Like people, great apes may distinguish between true and false beliefs in others

Popular Archeology | 4/6/2017 | Staff
Micaella (Posted by) Level 3
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PLOS—Great apes help a person access an object when that person thinks they knows where it is but is mistaken, according to a study* published April 5, 2017 in the open-access journal PLOS ONE by David Buttelmann from Max Planck Institute for Evolutionary Anthropology, Germany, and colleagues.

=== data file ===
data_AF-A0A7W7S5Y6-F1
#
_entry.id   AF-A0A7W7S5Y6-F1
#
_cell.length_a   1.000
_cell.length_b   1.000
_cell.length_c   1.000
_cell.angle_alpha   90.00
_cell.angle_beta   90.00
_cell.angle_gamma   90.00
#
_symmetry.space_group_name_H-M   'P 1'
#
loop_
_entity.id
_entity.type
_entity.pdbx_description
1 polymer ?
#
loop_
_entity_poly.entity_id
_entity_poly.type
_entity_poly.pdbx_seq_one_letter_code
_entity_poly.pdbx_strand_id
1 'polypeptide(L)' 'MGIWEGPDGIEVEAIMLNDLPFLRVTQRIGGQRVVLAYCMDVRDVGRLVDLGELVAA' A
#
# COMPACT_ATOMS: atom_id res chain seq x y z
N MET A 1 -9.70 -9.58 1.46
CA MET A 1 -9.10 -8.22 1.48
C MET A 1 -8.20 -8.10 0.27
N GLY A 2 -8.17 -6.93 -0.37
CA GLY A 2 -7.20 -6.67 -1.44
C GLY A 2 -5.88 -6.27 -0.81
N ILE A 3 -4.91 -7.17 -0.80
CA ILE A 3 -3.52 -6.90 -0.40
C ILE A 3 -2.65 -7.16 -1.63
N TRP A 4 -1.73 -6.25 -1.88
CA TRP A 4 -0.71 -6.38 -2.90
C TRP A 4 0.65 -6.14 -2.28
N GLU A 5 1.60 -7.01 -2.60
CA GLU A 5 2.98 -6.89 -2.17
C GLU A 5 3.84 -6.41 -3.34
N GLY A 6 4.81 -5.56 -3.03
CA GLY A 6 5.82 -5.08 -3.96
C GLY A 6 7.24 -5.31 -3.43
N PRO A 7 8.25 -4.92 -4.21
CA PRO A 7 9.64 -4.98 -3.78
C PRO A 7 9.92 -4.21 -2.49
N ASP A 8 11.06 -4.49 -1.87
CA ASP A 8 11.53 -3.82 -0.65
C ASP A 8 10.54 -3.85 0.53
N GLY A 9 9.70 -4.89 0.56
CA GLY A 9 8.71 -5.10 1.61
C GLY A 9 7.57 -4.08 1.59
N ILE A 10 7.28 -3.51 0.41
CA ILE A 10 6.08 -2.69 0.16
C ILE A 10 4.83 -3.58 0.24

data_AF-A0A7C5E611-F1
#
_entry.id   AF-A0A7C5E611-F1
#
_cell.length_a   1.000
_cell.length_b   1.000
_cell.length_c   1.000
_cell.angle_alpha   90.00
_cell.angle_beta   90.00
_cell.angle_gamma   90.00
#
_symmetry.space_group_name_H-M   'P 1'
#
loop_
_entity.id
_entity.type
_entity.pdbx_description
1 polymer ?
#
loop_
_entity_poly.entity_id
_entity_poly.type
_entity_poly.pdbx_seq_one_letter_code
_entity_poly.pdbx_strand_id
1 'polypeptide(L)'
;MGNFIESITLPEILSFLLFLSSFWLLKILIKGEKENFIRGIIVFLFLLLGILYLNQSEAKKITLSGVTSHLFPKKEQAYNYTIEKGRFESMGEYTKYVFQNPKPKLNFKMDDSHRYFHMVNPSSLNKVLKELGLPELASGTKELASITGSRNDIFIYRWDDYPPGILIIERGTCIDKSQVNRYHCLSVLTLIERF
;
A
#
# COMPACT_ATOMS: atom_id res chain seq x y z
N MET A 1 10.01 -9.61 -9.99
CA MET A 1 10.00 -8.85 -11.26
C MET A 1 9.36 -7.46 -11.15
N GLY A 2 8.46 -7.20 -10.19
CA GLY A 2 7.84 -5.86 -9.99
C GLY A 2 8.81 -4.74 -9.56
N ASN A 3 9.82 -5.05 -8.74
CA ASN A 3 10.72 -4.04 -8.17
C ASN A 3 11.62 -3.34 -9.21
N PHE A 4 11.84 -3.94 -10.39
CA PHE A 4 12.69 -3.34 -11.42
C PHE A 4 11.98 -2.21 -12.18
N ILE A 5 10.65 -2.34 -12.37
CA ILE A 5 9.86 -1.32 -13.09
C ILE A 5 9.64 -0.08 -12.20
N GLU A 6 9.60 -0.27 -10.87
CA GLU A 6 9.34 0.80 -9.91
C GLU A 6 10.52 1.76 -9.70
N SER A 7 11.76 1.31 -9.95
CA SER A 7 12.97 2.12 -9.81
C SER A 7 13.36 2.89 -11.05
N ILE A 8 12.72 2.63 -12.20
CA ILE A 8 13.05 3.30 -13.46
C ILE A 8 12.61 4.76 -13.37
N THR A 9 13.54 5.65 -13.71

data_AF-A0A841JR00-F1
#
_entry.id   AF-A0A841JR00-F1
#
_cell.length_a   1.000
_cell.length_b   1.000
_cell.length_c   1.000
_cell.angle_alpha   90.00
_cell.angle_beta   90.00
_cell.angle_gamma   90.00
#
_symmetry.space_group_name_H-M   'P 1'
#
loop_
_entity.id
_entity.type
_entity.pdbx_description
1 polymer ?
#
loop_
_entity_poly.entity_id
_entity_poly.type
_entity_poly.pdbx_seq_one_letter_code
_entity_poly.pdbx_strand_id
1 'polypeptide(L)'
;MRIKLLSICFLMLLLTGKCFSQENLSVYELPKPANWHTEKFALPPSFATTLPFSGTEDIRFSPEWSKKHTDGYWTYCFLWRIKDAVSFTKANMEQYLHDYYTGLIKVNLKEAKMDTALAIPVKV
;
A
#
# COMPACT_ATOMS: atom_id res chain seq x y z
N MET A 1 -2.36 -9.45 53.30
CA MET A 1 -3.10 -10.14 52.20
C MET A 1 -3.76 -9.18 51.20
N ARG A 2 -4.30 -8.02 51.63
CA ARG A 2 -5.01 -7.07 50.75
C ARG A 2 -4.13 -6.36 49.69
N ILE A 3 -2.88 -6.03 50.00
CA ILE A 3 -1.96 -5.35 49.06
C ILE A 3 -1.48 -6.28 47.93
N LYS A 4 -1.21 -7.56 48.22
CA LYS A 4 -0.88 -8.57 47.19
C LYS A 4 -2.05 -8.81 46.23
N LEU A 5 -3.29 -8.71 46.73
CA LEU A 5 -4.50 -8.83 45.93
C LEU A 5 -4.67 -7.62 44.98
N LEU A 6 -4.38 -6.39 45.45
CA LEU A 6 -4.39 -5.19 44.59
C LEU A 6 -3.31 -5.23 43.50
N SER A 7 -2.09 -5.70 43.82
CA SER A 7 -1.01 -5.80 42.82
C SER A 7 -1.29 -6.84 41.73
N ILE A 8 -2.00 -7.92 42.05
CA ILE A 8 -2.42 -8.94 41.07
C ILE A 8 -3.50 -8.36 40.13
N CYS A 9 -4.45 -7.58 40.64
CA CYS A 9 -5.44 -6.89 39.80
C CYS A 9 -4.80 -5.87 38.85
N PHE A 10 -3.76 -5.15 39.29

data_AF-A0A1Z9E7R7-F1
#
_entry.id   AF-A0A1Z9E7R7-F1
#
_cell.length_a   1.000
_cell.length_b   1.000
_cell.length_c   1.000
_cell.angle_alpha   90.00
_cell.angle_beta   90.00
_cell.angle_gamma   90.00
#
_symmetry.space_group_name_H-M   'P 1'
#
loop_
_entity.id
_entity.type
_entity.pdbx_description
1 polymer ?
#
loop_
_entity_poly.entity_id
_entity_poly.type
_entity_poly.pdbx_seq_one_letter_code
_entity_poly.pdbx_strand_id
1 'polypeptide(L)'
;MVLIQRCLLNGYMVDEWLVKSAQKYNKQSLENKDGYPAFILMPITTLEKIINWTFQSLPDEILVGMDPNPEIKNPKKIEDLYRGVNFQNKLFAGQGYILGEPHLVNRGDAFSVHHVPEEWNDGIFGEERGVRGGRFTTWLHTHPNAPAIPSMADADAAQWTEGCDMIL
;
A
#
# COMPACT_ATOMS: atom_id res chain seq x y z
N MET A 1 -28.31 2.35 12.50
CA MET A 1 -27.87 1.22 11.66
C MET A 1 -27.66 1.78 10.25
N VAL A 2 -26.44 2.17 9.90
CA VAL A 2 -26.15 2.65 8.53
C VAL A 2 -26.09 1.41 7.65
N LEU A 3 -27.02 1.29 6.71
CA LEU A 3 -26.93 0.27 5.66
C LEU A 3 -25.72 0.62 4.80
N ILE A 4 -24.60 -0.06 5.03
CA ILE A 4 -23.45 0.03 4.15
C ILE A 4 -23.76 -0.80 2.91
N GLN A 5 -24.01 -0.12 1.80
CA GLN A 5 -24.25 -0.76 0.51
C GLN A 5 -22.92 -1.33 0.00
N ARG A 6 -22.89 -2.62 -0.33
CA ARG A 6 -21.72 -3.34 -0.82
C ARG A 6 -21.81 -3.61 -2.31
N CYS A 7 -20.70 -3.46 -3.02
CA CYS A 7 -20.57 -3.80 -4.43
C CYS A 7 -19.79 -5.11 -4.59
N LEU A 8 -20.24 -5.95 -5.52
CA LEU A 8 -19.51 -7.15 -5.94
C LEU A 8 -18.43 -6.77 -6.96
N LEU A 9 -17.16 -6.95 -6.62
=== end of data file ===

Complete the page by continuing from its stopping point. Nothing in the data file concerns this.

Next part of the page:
Understanding when someone else has a false belief is a mark of advanced social cognition in people, and researchers had believed that great apes lacked this capacity. Using a test that was developed for 1.5-year-old human infants, Buttelmann and colleagues evaluated understanding of others' beliefs in 34 great apes (chimpanzees, bonobos and orangutans) at the Leipzig Zoo in Germany.

Test - Person - Object - Boxes - Person

The test involved a person placing an object in one of two boxes. Another person then took this object out of this box, put it into another box, and locked both boxes. For the true belief condition, the first person stayed in the room—so this person knew where the object was and thus had a true belief. For the false belief condition, however, the...
(Excerpt) Read more at: Popular Archeology
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